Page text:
Identifier for cells. Mhc is a marker on each cell, which tells our immune system whether the cell is our own or "foreign" (an infection or a transplant), and our body tries to destroy the "foreign" cells. This is great to get rid of infection, but also why transplants can be rejected. To minimize the risk of rejection, transplant doctors try to find donors with mhc similar to the patient's, often within the family.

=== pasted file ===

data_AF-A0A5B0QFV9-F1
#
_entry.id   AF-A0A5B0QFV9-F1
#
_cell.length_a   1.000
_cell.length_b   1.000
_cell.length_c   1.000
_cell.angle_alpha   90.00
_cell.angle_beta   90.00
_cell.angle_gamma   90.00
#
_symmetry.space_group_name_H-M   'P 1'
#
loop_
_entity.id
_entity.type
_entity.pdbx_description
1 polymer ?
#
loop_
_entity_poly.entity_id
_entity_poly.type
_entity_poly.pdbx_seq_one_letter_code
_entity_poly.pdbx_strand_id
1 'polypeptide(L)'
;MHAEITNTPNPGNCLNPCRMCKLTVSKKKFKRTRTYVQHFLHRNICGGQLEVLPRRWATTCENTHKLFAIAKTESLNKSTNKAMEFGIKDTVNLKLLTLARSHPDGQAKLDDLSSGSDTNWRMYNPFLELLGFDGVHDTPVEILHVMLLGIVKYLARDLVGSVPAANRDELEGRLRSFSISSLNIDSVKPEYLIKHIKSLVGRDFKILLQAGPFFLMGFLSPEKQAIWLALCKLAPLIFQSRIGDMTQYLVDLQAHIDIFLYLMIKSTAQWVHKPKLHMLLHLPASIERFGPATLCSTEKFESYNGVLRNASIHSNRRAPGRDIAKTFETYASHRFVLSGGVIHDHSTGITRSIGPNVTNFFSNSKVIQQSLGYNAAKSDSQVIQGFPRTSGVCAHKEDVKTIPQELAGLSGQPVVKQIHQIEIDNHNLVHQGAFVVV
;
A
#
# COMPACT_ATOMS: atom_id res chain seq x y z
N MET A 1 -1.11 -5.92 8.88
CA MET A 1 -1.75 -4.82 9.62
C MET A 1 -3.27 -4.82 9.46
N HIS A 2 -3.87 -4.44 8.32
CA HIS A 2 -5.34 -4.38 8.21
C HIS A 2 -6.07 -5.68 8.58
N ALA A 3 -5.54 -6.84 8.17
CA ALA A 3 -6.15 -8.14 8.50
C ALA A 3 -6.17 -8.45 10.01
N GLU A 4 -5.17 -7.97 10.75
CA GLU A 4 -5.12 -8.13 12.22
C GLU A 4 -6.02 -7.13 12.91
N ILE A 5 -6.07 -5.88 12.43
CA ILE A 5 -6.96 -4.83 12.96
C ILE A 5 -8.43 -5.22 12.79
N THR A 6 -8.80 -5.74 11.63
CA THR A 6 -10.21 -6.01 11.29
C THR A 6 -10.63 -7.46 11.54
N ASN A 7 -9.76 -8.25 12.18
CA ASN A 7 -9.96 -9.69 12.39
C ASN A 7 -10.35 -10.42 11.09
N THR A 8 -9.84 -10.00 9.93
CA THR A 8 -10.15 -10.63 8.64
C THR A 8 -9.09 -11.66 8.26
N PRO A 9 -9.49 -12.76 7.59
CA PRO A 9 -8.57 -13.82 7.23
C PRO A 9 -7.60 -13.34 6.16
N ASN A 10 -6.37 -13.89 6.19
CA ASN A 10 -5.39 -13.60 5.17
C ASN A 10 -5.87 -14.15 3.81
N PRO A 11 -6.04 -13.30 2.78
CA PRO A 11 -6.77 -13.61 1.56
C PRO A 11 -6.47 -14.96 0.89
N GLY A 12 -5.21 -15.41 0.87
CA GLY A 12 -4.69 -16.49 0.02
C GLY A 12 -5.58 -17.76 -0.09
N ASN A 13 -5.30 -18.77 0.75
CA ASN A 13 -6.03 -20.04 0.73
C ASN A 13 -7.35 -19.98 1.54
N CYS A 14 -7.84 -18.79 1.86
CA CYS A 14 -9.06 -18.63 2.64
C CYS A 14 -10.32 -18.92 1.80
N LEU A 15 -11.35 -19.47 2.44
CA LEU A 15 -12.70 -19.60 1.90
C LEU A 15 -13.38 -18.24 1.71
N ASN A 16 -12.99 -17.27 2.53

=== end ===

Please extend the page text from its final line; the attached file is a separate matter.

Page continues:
Cell surface protein. The mhc are a series of glycoproteins on the surface of all nucleated (not red blood) cells in the body. They are also called hla (human leukocyte antigens). There are hundreds, they come from genes on the sixth chromosome, and they are inherited from each parent. They can trigger an immune response against foreign invaders (bacteria, viruses, etc.), as well as rejection of organs or tissues.